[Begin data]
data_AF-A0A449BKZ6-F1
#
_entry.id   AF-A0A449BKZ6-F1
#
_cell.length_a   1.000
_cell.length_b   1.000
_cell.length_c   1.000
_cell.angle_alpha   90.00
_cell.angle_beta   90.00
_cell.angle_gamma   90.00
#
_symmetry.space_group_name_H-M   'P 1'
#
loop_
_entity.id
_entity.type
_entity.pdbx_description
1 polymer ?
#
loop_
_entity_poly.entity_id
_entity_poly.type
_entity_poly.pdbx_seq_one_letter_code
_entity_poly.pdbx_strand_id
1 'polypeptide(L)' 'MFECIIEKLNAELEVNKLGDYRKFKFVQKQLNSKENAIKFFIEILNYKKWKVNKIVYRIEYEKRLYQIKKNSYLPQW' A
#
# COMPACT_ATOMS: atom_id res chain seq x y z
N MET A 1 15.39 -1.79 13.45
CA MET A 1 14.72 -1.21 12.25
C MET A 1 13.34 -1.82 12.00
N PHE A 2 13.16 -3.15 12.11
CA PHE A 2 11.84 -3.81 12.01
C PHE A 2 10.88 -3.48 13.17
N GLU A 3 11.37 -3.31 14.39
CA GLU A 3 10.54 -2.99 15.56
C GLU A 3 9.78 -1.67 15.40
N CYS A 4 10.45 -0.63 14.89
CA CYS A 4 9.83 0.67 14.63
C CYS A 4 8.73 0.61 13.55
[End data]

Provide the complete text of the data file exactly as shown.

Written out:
data_AF-A0A449BKZ6-F1
#
_entry.id   AF-A0A449BKZ6-F1
#
_cell.length_a   1.000
_cell.length_b   1.000
_cell.length_c   1.000
_cell.angle_alpha   90.00
_cell.angle_beta   90.00
_cell.angle_gamma   90.00
#
_symmetry.space_group_name_H-M   'P 1'
#
loop_
_entity.id
_entity.type
_entity.pdbx_description
1 polymer ?
#
loop_
_entity_poly.entity_id
_entity_poly.type
_entity_poly.pdbx_seq_one_letter_code
_entity_poly.pdbx_strand_id
1 'polypeptide(L)' 'MFECIIEKLNAELEVNKLGDYRKFKFVQKQLNSKENAIKFFIEILNYKKWKVNKIVYRIEYEKRLYQIKKNSYLPQW' A
#
# COMPACT_ATOMS: atom_id res chain seq x y z
N MET A 1 15.39 -1.79 13.45
CA MET A 1 14.72 -1.21 12.25
C MET A 1 13.34 -1.82 12.00
N PHE A 2 13.16 -3.15 12.11
CA PHE A 2 11.84 -3.81 12.01
C PHE A 2 10.88 -3.48 13.17
N GLU A 3 11.37 -3.31 14.39
CA GLU A 3 10.54 -2.99 15.56
C GLU A 3 9.78 -1.67 15.40
N CYS A 4 10.45 -0.63 14.89
CA CYS A 4 9.83 0.67 14.63
C CYS A 4 8.73 0.61 13.55